Fraud accusations must be taken seriously, as they can have a massive impact on the rest of your life. These are highly-technical crimes that often rely on a lot of paperwork, financial accounts, digital information and the like. As such, mistakes and misinterpretations do happen. You may have done nothing wrong, but the information has been misinterpreted to appear fraudulent. You still need to take it seriously and consider all of your options as you defend your good name.
To get started, here are three common types of fraud that you may find yourself accused of:
- Medicare fraud: This generally just means seeking Medicare reimbursement for services that do not deserve it or are being billed at a higher rate. For instance, a recent case saw a medical office accused of charging Medicare at a physician’s rate for services carried out by nurses. It’s not that the office deserved no compensation, but that it should have been at the proper rate. There are also cases of billing for services that weren’t rendered at all.
- Social Security fraud: Those who seek social security benefits are asked to note in writing that their claims are accurate and that they have only made true statements. If they break this condition, it could be fraudulent. For instance, someone could seek disability compensation when they’re not actually disabled by claiming that they have a condition that they do not have or claiming that the condition they have is far more severe than it really is.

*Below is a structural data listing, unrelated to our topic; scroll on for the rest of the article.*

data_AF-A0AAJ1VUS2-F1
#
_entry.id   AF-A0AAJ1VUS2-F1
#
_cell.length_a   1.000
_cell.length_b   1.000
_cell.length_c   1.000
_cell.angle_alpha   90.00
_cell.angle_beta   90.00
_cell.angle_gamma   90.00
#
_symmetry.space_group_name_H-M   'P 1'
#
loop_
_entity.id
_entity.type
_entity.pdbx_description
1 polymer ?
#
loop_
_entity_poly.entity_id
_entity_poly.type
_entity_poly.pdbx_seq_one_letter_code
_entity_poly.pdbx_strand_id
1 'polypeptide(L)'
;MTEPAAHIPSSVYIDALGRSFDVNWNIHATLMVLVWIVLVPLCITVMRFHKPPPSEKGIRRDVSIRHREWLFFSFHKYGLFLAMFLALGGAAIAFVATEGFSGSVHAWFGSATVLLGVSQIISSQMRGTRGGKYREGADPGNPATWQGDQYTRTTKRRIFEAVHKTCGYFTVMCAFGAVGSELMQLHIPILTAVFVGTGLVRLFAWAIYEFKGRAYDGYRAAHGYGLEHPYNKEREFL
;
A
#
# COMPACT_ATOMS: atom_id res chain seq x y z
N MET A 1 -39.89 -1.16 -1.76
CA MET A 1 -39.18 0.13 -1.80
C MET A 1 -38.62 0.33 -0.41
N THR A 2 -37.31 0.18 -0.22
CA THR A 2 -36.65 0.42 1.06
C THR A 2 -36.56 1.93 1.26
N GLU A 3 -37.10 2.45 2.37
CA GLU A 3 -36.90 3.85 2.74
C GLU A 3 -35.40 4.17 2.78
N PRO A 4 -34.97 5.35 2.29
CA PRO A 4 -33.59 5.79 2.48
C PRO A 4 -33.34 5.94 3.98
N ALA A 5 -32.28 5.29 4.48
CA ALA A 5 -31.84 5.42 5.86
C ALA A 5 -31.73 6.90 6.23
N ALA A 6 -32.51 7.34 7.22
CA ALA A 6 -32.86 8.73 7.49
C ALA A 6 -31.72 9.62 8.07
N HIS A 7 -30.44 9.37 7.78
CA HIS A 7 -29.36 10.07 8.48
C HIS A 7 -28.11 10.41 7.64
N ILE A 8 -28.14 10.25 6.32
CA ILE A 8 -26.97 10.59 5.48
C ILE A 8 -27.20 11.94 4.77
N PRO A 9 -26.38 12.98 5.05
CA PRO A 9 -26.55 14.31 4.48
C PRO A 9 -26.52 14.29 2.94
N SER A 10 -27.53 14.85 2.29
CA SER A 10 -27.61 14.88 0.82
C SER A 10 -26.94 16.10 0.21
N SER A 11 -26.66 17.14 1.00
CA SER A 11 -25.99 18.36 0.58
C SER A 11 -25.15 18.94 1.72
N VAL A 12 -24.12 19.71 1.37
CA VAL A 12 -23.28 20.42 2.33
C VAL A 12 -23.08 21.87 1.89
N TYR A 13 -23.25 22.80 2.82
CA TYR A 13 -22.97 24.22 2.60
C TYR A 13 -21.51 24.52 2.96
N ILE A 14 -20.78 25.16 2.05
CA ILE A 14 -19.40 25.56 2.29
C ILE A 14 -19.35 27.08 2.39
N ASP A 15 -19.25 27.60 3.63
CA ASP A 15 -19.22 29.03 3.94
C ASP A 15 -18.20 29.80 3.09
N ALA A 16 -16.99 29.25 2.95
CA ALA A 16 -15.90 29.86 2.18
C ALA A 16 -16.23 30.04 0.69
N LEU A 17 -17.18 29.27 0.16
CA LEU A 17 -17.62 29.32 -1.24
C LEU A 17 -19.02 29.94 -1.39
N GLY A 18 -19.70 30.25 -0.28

- Mortgage fraud: Mortgage fraud happens in numerous ways, and it can be committed by both a lending institution or an individual. For instance, an appraiser could be accused of colluding with a lending institution to value homes at a far higher rate than they deserve, all in order to get larger mortgages — and more interest earnings — for the lender.
At its root, any type of fraud is essentially deception. It is the use of inaccurate information to seek personal gain. If you’re facing these accusations, you must know what steps to take.